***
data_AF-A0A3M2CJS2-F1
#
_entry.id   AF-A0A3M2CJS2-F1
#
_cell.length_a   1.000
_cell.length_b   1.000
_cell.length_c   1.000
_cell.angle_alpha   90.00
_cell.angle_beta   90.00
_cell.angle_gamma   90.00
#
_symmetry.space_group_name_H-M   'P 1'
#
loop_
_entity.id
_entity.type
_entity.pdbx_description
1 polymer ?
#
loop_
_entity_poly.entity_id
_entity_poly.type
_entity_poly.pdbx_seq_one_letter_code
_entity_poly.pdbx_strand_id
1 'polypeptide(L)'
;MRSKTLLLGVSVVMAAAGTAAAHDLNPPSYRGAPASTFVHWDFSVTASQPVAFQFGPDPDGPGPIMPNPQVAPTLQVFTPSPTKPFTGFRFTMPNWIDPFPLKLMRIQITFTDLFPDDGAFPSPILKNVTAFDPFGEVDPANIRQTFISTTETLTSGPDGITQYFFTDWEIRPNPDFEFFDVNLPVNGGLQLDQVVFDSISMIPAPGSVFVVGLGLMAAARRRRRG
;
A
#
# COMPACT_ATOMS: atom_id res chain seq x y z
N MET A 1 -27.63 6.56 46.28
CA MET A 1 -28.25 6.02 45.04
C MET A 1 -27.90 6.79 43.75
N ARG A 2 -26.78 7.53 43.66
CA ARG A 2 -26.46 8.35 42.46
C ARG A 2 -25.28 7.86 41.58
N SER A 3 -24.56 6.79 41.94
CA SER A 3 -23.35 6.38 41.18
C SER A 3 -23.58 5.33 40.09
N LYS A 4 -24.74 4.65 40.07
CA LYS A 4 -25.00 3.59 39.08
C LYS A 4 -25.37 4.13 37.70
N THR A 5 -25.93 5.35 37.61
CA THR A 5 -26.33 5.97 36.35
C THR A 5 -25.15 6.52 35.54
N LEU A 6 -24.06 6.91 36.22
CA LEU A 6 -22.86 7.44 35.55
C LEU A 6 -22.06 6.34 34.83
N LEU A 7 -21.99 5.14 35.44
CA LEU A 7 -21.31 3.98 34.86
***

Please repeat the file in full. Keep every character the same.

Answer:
data_AF-A0A3M2CJS2-F1
#
_entry.id   AF-A0A3M2CJS2-F1
#
_cell.length_a   1.000
_cell.length_b   1.000
_cell.length_c   1.000
_cell.angle_alpha   90.00
_cell.angle_beta   90.00
_cell.angle_gamma   90.00
#
_symmetry.space_group_name_H-M   'P 1'
#
loop_
_entity.id
_entity.type
_entity.pdbx_description
1 polymer ?
#
loop_
_entity_poly.entity_id
_entity_poly.type
_entity_poly.pdbx_seq_one_letter_code
_entity_poly.pdbx_strand_id
1 'polypeptide(L)'
;MRSKTLLLGVSVVMAAAGTAAAHDLNPPSYRGAPASTFVHWDFSVTASQPVAFQFGPDPDGPGPIMPNPQVAPTLQVFTPSPTKPFTGFRFTMPNWIDPFPLKLMRIQITFTDLFPDDGAFPSPILKNVTAFDPFGEVDPANIRQTFISTTETLTSGPDGITQYFFTDWEIRPNPDFEFFDVNLPVNGGLQLDQVVFDSISMIPAPGSVFVVGLGLMAAARRRRRG
;
A
#
# COMPACT_ATOMS: atom_id res chain seq x y z
N MET A 1 -27.63 6.56 46.28
CA MET A 1 -28.25 6.02 45.04
C MET A 1 -27.90 6.79 43.75
N ARG A 2 -26.78 7.53 43.66
CA ARG A 2 -26.46 8.35 42.46
C ARG A 2 -25.28 7.86 41.58
N SER A 3 -24.56 6.79 41.94
CA SER A 3 -23.35 6.38 41.18
C SER A 3 -23.58 5.33 40.09
N LYS A 4 -24.74 4.65 40.07
CA LYS A 4 -25.00 3.59 39.08
C LYS A 4 -25.37 4.13 37.70
N THR A 5 -25.93 5.35 37.61
CA THR A 5 -26.33 5.97 36.35
C THR A 5 -25.15 6.52 35.54
N LEU A 6 -24.06 6.91 36.22
CA LEU A 6 -22.86 7.44 35.55
C LEU A 6 -22.06 6.34 34.83
N LEU A 7 -21.99 5.14 35.44
CA LEU A 7 -21.31 3.98 34.86